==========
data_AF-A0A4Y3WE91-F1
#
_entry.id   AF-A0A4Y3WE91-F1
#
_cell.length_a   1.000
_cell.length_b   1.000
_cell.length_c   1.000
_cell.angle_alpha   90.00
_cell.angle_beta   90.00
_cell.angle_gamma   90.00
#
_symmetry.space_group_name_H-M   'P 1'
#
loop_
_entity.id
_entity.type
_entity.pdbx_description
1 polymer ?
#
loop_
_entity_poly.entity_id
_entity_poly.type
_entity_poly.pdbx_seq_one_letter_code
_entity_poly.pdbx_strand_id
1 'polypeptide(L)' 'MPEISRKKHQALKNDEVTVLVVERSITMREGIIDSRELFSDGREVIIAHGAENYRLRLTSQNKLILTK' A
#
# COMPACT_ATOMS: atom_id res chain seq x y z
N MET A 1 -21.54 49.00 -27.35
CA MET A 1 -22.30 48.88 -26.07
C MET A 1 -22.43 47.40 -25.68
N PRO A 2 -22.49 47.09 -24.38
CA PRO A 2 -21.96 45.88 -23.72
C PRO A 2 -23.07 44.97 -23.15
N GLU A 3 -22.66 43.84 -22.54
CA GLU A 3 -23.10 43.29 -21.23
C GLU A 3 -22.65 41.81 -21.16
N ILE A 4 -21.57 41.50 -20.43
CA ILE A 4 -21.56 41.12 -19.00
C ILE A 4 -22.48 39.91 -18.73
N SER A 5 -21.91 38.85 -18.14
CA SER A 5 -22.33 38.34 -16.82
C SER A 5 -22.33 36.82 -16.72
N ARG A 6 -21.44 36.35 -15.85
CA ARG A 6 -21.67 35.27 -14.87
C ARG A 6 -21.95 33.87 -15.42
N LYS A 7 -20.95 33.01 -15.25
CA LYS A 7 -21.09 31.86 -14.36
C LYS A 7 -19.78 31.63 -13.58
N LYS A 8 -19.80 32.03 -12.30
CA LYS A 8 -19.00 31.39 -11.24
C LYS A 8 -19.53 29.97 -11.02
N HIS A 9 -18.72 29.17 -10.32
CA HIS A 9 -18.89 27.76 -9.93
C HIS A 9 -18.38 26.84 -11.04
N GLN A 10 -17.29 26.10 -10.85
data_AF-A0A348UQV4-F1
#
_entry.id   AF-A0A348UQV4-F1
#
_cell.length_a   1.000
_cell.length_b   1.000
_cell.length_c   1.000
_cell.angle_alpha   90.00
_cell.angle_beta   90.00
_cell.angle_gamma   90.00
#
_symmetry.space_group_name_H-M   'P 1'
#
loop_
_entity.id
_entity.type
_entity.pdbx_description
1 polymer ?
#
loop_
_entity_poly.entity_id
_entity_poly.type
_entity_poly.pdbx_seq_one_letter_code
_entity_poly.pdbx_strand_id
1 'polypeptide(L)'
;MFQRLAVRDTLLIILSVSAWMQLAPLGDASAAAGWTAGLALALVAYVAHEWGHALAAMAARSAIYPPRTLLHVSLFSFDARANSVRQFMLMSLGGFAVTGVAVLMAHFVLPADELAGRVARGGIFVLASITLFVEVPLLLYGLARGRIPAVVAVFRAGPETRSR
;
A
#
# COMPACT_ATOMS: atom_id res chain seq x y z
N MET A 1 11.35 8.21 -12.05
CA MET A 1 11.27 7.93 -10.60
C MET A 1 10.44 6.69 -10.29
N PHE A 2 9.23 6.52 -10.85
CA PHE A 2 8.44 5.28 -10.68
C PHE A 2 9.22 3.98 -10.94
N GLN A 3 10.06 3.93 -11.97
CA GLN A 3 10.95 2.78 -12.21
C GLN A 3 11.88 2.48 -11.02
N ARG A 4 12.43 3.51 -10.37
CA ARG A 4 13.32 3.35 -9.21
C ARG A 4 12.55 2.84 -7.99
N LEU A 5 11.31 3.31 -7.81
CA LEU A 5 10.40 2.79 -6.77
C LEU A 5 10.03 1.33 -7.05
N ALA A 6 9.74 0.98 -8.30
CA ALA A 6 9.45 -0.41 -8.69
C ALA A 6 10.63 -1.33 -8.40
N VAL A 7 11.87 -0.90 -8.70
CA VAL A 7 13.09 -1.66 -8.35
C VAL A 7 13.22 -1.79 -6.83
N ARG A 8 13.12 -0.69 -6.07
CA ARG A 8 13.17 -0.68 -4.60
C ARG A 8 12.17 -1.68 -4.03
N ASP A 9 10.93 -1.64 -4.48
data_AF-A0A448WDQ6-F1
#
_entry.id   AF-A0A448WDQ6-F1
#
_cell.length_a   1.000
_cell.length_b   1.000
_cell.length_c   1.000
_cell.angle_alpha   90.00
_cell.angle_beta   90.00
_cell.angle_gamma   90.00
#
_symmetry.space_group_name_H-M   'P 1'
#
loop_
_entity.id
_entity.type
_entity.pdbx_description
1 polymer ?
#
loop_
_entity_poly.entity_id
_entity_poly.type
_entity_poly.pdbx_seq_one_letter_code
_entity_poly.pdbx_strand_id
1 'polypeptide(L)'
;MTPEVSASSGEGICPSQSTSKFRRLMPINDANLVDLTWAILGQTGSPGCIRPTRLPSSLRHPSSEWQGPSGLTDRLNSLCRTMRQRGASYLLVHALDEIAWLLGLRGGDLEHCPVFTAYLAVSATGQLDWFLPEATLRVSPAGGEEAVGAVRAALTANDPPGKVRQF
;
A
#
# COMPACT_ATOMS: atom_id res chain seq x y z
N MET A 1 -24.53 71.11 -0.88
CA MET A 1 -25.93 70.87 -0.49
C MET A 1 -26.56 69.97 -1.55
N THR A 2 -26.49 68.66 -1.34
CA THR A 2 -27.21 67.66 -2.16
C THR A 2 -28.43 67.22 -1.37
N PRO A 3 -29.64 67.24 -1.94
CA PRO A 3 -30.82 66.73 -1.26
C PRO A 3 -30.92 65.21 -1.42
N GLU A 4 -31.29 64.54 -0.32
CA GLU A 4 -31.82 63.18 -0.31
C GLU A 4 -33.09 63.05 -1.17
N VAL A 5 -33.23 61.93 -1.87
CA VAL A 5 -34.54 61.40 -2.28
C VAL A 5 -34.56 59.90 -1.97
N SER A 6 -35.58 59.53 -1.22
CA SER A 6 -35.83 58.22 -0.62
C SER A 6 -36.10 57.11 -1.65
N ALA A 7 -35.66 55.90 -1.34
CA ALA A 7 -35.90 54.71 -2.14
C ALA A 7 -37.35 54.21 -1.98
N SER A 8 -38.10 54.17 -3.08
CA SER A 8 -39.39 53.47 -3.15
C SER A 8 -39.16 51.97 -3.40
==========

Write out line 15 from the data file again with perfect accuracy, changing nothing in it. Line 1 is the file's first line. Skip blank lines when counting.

_entity.id